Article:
Recent Davidson Day School Grad Wins National Musical Theater Songwriting Challenge!

June 14, 2024 / Blog
By Liz Rothaus Bertrand

Luisa Paraguassu, a 2024 graduate of Davidson Day School, recently received some extraordinary news. She is one of eight winners from across the nation of the Musical Theater Songwriting Challenge, a competition for high school students, presented by the National Endowment for the Arts and the National Musical Theatre Alliance.


Her song, “Talk Pretty,” was selected from more than 100 submissions, coming from 34 different states. It will be performed in a special concert starring Broadway artists in New York City on Monday, June 17 at 7pm ET.

Viewers can tune in live at or to catch the concert, which will include all of the winning songs.

As part of the experience, Paraguassu and the other winners will spend several days in New York to work with mentors and professional musicians, refining their songs and developing their songwriting skills. Each winning song has been professionally orchestrated and will later be published and available to the public.

“I just feel very grateful,” said Paraguassu, who received a $2,500 scholarship from NMPA S.O.N.G.S. (Supporting Our Next Generation of Songwriters) Foundation as part of the prize package. The Songwriting Challenge is also supported by Concord Theatricals and Disney Theatrical Productions.

The international roots behind her song

Paraguassu, who has a unique international background, spoke to Blumenthal Arts’ Blog via video call from Shanghai, China, after a full day of fun at Shanghai Disneyland. She was back for a few weeks visiting friends and family, in the city where she lived from age 10 - 16.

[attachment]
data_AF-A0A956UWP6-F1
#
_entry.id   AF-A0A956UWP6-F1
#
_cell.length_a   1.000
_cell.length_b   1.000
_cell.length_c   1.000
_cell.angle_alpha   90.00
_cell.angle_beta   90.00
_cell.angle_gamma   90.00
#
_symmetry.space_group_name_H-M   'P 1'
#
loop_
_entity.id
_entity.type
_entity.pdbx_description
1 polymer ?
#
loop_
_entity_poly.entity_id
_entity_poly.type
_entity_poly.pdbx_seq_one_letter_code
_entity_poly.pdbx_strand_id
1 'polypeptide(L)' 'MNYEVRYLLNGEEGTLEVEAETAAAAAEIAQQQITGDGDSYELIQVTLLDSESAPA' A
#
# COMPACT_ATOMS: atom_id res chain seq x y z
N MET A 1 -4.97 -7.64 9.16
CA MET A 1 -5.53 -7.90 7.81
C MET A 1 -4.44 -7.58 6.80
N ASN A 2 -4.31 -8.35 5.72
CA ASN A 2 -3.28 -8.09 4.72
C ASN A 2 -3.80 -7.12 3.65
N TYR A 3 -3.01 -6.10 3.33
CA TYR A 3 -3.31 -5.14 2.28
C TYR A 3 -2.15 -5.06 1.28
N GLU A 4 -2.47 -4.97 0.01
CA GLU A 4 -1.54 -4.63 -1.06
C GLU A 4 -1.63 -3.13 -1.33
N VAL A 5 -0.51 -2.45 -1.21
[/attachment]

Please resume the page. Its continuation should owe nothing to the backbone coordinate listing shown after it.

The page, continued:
Most of the Brazilian-born musician’s early childhood, however, was spent in Iowa, where the family moved when Paraguassu was just a year and half old. And her last two years of high school were spent just outside Charlotte, in Davidson, NC.


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Those international and cross-cultural experiences are a key element of her award-winning song, too. Paraguassu, who is fluent or conversational in five languages, grew up speaking Portuguese at home. But she has often spent time with friends who are unable to speak their own family’s maternal language and observed the pain that is associated with it. Her song, with lyrics in English and Portuguese, focuses on the longing for connections with one’s family that transcend language.

“I know so many people that have had that experience,” she said. “… It can be really tumultuous and a little challenging for them because … there's so much shame that comes with that that is just so unnecessary.”